Note (from David Black): This was a message sent by Botp to ruby-talk
that didn't make it through.  I resent it, with a small change, to see
if it would make it, and it did.

The change was to strip "Re:" and put "about" in the subject line....

"Pe?a, Botp" <botp / delmonte-phil.com> writes:

> GGarramuno / aol.com [mailto:GGarramuno / aol.com] wrote:
> 
> > nobu.nokada / softhome.net wrote in message 
> > news:<200406020151.i521pOHY005774 / sharui.nakada.niregi.kanuma.
> > tochigi.jp>...
> > > Hi,
> > > 
> > > At Wed, 2 Jun 2004 03:43:42 +0900,
> > > Sam Sungshik Kong wrote in [ruby-talk:102028]:
> > > > s = "My name is %(name)s and my age is %(age)d." % 
> > {"name": "Sam", 
> > > > "age": 34}
> > >  
> > > > I know that ruby has "#{name}" expression.
> > > > But that requires a variable named "name" in advance.
> > > > I want to bind the format string and data later.
> > > 
> > > I proposed that feature once in [ruby-dev:16351], though 
> > rejected, but 
> > > still I think that it would be useful for I18N. Is it worth for RCR?
> > 
> > Do you have an example on how would you use this?  I ask 
> > because I would also vote strongly against it.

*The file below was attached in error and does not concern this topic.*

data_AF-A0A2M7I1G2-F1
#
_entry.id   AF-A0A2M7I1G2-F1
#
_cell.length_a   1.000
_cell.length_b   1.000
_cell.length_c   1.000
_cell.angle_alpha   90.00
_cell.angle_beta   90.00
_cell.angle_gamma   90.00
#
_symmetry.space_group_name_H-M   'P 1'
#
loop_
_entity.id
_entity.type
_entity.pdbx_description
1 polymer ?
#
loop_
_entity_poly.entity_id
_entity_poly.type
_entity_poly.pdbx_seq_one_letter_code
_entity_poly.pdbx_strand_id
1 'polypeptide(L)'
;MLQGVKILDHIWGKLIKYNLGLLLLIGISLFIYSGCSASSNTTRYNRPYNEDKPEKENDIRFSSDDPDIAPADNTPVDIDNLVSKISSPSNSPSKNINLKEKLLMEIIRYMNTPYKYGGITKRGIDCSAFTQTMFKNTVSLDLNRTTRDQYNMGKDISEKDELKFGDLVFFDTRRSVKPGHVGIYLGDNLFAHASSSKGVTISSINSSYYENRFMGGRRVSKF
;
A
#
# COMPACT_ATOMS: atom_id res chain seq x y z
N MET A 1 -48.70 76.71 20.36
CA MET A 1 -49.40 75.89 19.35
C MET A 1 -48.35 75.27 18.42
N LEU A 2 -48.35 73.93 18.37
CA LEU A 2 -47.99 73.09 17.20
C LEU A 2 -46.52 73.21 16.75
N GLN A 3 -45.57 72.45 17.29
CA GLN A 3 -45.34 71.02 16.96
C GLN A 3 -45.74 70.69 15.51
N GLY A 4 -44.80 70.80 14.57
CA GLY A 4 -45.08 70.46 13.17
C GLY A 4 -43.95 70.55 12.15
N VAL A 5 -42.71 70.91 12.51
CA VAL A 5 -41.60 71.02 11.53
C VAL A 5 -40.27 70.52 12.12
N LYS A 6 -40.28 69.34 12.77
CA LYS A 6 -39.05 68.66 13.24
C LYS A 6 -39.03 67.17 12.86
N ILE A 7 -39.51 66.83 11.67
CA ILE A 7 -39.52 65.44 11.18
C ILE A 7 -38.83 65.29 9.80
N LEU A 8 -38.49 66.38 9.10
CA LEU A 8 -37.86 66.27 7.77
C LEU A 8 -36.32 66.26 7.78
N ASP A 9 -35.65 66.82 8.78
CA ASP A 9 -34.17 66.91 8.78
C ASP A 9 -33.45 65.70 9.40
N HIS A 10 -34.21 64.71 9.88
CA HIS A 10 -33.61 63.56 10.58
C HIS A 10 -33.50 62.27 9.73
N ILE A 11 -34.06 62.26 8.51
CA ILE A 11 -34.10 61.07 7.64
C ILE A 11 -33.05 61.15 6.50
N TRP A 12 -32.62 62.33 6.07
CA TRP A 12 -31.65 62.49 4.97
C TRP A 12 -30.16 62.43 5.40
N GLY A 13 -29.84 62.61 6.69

> > 
> > One of the things that I really loved about ruby while 
> > learning it was its "#{}" syntax, as it seemed to me a much 
> > more consistent way of achieving what sprintf, $, %, etc. 
> > have been trying for years to achieve in languages like C, 
> > perl, python, etc.
> > 
> > [snip good examples]
> > The %s syntax is anything but readable once you have more 
> > than 3 elements.  Using a hash to try to clarify it seems to 
> > me more of a crutch for languages that do not support ruby's 
> > extremely powerful "#{}" formating. That syntax still forces 
> > me to look for meaning of the text format string in two 
> > different places (in the location of the text and at the end 
> > of it), instead of in a single place as I read the string, 
> > which seems like a step backwards overall.
> 
> 
> I think the op implied late binding or late generation of string and
> variables/hashes. I think ruby can do this w finesse, so we've seen examples
> of workarounds immediately posted (thanks guys, I learned a lot here).
> 
> Thus
> 	given foo_string % foo_hash, one can generate foo_string anytime one
> wants and just tells it to "Hey foo_string, get your values from foo_hash".
> foo_hash of course may contain a lot of key-val pairs. We need not
> care/worry of the order or counts of the vars since the foo_string will just
> pickup what it wants.
> 
> This style is also good for structures and records in db, imho.
> 
> I hope I was thinking straight here. Pls correct me guys if I'm wrong.
> In this regard, I vote for Nobu's rcr.
> 
> kind regards -botp
> 
>   
> 
> 

-- 
-- 
David A. Black
dblack / wobblini.net